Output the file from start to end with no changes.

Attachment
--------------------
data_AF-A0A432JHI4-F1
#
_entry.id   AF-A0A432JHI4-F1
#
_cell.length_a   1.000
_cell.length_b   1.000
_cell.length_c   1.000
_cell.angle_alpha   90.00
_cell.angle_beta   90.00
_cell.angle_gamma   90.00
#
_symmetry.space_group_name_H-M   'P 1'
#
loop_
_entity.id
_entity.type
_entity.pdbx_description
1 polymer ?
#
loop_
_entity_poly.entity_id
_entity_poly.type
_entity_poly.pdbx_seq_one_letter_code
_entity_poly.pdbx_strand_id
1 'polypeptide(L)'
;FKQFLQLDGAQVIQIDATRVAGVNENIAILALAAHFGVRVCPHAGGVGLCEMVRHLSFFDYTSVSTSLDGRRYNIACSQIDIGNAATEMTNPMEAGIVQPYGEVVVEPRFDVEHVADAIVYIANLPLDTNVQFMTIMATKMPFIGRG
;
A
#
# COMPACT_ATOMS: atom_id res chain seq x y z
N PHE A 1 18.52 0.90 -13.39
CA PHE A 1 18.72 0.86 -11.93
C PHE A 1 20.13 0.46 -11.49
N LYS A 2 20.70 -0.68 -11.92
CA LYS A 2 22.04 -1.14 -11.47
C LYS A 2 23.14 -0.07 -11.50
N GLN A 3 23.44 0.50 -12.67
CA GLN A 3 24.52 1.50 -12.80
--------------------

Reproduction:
data_AF-A0A432JHI4-F1
#
_entry.id   AF-A0A432JHI4-F1
#
_cell.length_a   1.000
_cell.length_b   1.000
_cell.length_c   1.000
_cell.angle_alpha   90.00
_cell.angle_beta   90.00
_cell.angle_gamma   90.00
#
_symmetry.space_group_name_H-M   'P 1'
#
loop_
_entity.id
_entity.type
_entity.pdbx_description
1 polymer ?
#
loop_
_entity_poly.entity_id
_entity_poly.type
_entity_poly.pdbx_seq_one_letter_code
_entity_poly.pdbx_strand_id
1 'polypeptide(L)'
;FKQFLQLDGAQVIQIDATRVAGVNENIAILALAAHFGVRVCPHAGGVGLCEMVRHLSFFDYTSVSTSLDGRRYNIACSQIDIGNAATEMTNPMEAGIVQPYGEVVVEPRFDVEHVADAIVYIANLPLDTNVQFMTIMATKMPFIGRG
;
A
#
# COMPACT_ATOMS: atom_id res chain seq x y z
N PHE A 1 18.52 0.90 -13.39
CA PHE A 1 18.72 0.86 -11.93
C PHE A 1 20.13 0.46 -11.49
N LYS A 2 20.70 -0.68 -11.92
CA LYS A 2 22.04 -1.14 -11.47
C LYS A 2 23.14 -0.07 -11.50
N GLN A 3 23.44 0.50 -12.67
CA GLN A 3 24.52 1.50 -12.80